• As for your idea of a borrow function, it would fundamentally be possible to achieve the end result of iterating over the i32s by doing that, though it doesn't achieve the goal of abstracting away implementation details of HoldsVecInRefCell. The closure idea is interesting -- it's not an iterator, but it does let users receive subsequent i32s without knowing about how they are stored internally. – Daniel S. Sep 12 '16 at 2:40
  • I just edited in a link to a related question, which has an answer very similar to what you want to do. I think all you have to do is to call map(|&x| x.clone()) in the into_iter() function of that answer to get the precise behavior you're after. – Ponkadoodle Nov 8 '16 at 21:52
6

We'll have to cheat and lie about lifetimes.

use std::mem;

struct HoldsVecInRefCellIter<'a> {
    vec_ref: Ref<'a, Vec<i32>>,
    vec_iter: Iter<'a, i32>, // 'a is a lie!
}

impl HoldsVecInRefCell {
    fn iter(&self) -> HoldsVecInRefCellIter {
        unsafe {
            let vec_ref = self.vec_in_refcell.borrow();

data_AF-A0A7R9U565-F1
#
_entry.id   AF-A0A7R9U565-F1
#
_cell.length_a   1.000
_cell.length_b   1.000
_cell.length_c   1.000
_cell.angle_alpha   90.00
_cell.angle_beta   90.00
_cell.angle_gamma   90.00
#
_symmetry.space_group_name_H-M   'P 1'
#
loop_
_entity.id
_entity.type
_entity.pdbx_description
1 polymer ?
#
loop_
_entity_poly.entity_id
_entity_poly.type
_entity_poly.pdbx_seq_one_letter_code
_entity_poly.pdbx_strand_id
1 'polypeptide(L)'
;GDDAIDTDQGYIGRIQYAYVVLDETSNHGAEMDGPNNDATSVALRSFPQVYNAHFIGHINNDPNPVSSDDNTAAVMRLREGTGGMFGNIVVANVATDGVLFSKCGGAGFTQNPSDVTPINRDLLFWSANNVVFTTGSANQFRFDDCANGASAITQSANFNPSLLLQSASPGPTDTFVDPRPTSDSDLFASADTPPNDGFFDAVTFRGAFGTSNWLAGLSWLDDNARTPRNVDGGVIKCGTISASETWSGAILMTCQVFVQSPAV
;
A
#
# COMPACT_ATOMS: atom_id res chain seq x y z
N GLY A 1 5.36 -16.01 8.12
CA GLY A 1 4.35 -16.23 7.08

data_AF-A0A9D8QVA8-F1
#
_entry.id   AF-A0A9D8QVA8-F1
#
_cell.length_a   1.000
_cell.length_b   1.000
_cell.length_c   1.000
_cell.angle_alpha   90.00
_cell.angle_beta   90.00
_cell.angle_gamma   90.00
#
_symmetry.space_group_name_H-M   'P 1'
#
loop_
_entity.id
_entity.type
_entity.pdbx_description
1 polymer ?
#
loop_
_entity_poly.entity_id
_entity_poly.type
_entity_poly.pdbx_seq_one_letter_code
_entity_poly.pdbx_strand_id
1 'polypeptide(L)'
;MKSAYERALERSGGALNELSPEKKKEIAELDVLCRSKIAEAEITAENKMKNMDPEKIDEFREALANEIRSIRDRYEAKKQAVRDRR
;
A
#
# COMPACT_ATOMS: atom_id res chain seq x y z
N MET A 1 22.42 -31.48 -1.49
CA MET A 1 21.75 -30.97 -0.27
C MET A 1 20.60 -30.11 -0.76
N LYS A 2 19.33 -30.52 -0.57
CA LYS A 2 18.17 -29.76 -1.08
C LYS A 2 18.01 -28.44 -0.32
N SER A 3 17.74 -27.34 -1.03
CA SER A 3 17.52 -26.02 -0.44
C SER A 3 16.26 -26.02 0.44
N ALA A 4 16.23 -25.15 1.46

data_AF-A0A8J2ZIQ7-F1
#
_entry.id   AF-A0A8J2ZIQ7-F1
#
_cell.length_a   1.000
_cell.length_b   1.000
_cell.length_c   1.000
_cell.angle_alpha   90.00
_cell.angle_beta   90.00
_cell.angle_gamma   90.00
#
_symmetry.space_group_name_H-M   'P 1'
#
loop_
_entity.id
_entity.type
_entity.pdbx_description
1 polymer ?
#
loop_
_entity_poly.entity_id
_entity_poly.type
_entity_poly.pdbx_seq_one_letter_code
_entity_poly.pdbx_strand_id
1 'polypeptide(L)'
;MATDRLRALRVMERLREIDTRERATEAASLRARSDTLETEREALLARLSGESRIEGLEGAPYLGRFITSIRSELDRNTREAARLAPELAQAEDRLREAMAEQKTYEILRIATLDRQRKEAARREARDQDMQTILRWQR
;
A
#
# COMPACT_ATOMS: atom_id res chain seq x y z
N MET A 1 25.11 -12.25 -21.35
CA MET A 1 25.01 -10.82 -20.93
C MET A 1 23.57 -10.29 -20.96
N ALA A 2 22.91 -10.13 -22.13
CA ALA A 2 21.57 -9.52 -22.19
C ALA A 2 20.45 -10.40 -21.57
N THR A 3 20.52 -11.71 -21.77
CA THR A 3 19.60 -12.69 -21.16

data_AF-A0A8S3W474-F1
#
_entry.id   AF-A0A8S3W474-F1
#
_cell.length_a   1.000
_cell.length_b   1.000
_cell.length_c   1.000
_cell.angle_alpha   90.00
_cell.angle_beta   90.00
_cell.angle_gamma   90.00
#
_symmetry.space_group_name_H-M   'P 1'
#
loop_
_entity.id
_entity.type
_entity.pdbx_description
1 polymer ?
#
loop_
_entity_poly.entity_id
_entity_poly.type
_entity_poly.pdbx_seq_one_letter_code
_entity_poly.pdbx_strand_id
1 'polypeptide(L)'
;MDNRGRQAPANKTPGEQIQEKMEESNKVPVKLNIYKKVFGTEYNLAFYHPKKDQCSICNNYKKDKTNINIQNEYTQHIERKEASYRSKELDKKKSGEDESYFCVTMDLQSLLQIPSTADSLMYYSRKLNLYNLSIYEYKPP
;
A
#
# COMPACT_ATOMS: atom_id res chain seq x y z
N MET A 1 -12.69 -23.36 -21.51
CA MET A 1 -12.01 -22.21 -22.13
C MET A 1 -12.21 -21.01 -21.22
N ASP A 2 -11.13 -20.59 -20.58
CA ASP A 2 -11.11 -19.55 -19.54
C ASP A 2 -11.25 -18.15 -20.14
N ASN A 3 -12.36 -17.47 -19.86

// transmute changes the lifetime parameter on the Iter
            let vec_iter = mem::transmute(vec_ref.iter());
            HoldsVecInRefCellIter { vec_ref: vec_ref, vec_iter: vec_iter }
        }
    }
}

impl<'a> Iterator for HoldsVecInRefCellIter<'a> {
    type Item = i32;

    fn next(&mut self) -> Option<Self::Item> {
        self.vec_iter.next().cloned()
    }
}

This only works because the Iter isn't invalidated by moving the Ref, as the Ref points to the Vec, and Iter points to the Vec's storage, not on the Ref itself.

However, this also enables you to move vec_iter out of the HoldsVecInRefCellIter; if you extract vec_iter and drop vec_ref, then the borrow would be released and the Iter could be invalidated without Rust giving a compiler error ('a is the RefCell's lifetime). With proper encapsulation, you can keep the struct's contents private and avoid users from performing this unsafe operation.

By the way, we could just as well define the iterator to return references:

impl<'a> Iterator for HoldsVecInRefCellIter<'a> {
    type Item = &'a i32;

    fn next(&mut self) -> Option<Self::Item> {
        self.vec_iter.next()
    }
}